The thief that robs you of your peace of mind
Moving out is not an option
Your brain is your home; you live in it 24 hours per day. When you suffer with ongoing anxiety, you may wish that you could move out – if only that were an option!
As a generation, we have a life expectancy greater than any other generation that has gone before us. We have greater wealth and far higher standards of luxury and living than any other generation. We can travel further in one year than most people could previously experience in a lifetime. We have amazing opportunities in life, but worry and anxiety robs us of our life, it is a thief – robbing you of your life, day by day.
Emotion: The body’s reaction to your mind
Nervousness and concern are not usually a problem. Everyone gets nervous at times, and everyone can be concerned about something, or someone. What they both share is that they are generally rational, they are reasoned and with logic. Worry and anxiety are very different though.
Worry lacks logic and tends to accumulate into a vicious circle until it is all-consuming. This, eventually, usually leads to anxiety, which is a state of extreme worry and apprehension; way beyond nervousness and concern. Anxiety sends shockwaves of acute emotion and distress cursing through mind and body. The common characteristic of anxiety is that you are on a regular, or constant alert and find it difficult, or almost impossible, to relax and ‘switch off’.
How does it develop?
It is common to develop anxiety following a series of stressful life events. In particular, if we experience many different pressures all at once or over a long length of time the mind goes into a high alert state, always on the lookout for danger, leaving us unable to rest – physically and mentally – and recover from the pent-up levels of stress on the body and mind.
But for many there seems to be no logical reason for the high anxiety state. Where this is the case it is usually because of an array of thinking style’s that create or prolong anxiety. This constant negative self-talk, that the sufferer is often completely unaware of, can be both the cause of anxiety and also the result of anxiety, putting the sufferer in a never ending anxiety feedback loop.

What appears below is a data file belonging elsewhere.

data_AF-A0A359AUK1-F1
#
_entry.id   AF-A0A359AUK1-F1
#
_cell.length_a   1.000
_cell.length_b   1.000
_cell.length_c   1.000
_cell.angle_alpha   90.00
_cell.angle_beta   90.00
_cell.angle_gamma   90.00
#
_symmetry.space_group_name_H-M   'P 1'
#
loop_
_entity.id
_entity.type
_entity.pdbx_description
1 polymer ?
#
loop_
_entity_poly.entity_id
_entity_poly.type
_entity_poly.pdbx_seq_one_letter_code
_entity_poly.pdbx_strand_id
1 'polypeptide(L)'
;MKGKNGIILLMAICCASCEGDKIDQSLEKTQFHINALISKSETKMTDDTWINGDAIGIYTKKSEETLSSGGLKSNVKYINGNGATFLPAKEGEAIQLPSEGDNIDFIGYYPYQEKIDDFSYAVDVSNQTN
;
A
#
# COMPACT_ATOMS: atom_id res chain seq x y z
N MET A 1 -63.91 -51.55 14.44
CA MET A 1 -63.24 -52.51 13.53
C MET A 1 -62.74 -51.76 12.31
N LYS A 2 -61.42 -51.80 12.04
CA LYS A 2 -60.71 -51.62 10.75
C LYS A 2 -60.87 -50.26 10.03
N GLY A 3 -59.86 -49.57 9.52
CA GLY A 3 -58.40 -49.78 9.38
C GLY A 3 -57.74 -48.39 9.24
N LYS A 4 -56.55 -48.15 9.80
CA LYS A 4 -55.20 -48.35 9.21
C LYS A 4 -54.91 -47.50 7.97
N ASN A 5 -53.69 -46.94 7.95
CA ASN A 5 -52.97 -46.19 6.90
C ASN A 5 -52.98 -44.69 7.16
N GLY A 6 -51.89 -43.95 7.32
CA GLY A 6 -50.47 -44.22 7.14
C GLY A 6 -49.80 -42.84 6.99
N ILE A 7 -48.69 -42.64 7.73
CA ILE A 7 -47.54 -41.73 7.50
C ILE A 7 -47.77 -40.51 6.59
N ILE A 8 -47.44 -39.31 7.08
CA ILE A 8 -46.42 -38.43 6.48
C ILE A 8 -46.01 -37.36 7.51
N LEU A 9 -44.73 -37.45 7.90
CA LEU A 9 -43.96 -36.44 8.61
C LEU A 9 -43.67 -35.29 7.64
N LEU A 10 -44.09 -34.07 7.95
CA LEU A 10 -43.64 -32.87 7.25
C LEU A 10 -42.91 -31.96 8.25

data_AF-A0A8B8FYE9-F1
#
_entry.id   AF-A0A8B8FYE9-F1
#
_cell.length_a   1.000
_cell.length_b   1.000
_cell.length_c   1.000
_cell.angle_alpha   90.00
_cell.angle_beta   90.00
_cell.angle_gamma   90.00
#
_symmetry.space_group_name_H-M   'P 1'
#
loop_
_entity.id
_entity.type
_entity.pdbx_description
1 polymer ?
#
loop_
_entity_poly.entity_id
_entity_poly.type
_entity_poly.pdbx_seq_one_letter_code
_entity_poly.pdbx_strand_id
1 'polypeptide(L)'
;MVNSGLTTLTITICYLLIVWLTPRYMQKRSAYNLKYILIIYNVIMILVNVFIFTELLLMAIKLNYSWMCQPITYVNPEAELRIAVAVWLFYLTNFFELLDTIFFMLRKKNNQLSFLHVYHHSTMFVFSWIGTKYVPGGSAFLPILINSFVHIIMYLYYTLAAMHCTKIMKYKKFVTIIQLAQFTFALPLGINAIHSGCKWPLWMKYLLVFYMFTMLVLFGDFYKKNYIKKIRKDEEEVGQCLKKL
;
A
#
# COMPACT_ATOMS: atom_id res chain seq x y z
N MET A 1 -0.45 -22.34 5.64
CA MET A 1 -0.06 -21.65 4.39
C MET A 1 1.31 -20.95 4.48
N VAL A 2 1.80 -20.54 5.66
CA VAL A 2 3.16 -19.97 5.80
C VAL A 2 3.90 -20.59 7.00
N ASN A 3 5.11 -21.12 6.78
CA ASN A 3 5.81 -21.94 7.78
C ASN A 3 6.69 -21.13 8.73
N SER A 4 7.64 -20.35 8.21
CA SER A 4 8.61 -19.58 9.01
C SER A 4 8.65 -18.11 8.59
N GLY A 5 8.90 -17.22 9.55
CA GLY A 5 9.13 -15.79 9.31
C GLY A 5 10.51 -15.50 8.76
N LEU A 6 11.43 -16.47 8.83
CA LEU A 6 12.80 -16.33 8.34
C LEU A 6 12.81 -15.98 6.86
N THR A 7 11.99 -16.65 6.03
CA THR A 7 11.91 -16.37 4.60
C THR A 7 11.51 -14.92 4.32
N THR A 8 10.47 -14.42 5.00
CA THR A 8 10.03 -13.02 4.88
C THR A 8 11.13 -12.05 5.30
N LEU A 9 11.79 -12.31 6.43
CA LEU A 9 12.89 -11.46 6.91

Why does it not go away?
Anxious people sometimes believe that worrying has a protective quality, that being on the ‘look-out’ for danger can help them to spot it coming and avoid it. Being constantly on the ‘look-out’ for danger in this way they soon begin seeing potential danger in almost everything, which of course, makes them feel anxious. They may also believe that by considering all that could go wrong; they will be better prepared to cope when it does. As a result, so much time is spent worrying about things that never come true. People can then become worried about all the worrying that they are doing, fretting that they are doing harm and damage to themselves, or that they will go mad, thus, creating another vicious cycle of anxiety.
As the anxiety builds, people will often change their behaviour because of how they feel; for example they might avoid going out, or put off completing an assignment, or stop seeing friends etc. Unfortunately, these behavioural changes and avoidance strategies then create yet another anxiety loop.
So, we can see that our thoughts, feelings, behaviours and physical symptoms all interact and combine to keep our anxiety continually revolving within the never ending anxiety loop. And it is this loop that must be broken.
Breaking the loop … Integratively
I work with anxiety clients every working day, and use an integrative mix of Cognitive Behavioural Therapy, which will help to reduce anxiety by enabling you to recognise the most common thinking styles that keep the anxiety loop spinning.
With this knowledge, you can then start to re-evaluate your thoughts, and begin to change your behaviours. We will also utilise deep relaxation mind and body Hypnotherapy to begin calming the pent up levels of stress within your system. You will be taught Mindfullness Techniques, aiding you in breaking the unhealthy mind patterns. We may also use Counselling to examine any on-going life issues – to look at what can be changed and what cannot be changed. To help you to accept the things that cannot be changed and consider short, medium and long-term action plans to help you tackle those things that can be changed.
I am a full-time psychotherapist, hypnotherapist and counsellor who has been providing hypnotherapy, hypnosis, psychotherapy, CBT and counselling in Horsham and Crawley for over a decade